Increasing the Availability of an Application Part 1: Introduction to Container Orchestration
Development of TBCare has not been a smooth experience. This is most apparent when performing quality assurance tests on our app. For months, our application has been hosted in a single computing instance in our faculty’s server. Both development and staging version of TBCare is running on this single server, and it is proving to be more trouble than it’s worth.
Running an application on a single machine means that we are at the mercy of our provider’s availability. This is troubling for several reasons, chief of which are the fact that our faculty’s servers are not really reliable. Servers will occasionally have their capabilities reduced — increasing the response time of each HTTP requests — if not just go down. Worst of all is when our host went down the night before sprint review! Clearly, our application can benefit with more availability and disaster recovery… and so begins my journey to try to tackle this issue.
There are several issues that will be addressed in this two part series blog. The main problem of these issues are: How can we improve our current software architecture to be more reliable, such that the chance of failure during disasters are minimized? Several points of improvements will be presented to answer, each requiring their own solutions. Part 1 of this article will delve into improving the availability of our application as a whole, while the second part will focus on improving the availability of our application database.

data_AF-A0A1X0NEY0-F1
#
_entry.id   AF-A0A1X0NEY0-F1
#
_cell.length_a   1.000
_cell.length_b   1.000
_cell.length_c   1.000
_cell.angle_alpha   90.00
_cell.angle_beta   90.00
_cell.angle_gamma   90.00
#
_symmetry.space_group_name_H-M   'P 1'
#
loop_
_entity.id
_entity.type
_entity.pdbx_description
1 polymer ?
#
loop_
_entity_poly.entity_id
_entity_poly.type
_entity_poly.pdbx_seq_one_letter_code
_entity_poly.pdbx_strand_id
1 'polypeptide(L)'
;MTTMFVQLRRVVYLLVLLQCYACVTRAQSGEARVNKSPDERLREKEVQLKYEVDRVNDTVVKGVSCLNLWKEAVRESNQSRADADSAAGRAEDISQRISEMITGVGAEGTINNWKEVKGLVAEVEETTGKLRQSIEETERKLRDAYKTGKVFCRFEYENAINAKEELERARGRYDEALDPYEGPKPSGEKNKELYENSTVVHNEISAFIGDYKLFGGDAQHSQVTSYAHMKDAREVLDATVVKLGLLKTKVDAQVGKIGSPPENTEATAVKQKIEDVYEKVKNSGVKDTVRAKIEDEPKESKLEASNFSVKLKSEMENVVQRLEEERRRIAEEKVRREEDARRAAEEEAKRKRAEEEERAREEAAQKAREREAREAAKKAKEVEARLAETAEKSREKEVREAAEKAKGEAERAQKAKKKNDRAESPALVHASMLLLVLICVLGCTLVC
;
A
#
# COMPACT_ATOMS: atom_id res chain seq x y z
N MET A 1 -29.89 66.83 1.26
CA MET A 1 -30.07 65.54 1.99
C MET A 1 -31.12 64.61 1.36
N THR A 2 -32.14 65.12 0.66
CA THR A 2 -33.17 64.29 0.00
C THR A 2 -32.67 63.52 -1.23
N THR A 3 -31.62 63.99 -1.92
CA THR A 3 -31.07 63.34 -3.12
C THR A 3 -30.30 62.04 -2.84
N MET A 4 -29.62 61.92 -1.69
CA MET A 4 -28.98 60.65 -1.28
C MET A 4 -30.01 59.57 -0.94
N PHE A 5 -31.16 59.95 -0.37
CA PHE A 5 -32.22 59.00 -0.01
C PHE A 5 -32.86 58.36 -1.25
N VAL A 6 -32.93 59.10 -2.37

TBCare web application is a standard client-server architecture web application. Users can access our data management service through a web interface, which sends CRUD requests through our API. Currently, both the front end and back end of our applications are hosted on separate machines. The back end of TBCare is more containerized and more complex than it’s front counterpart, so we will focus on the former.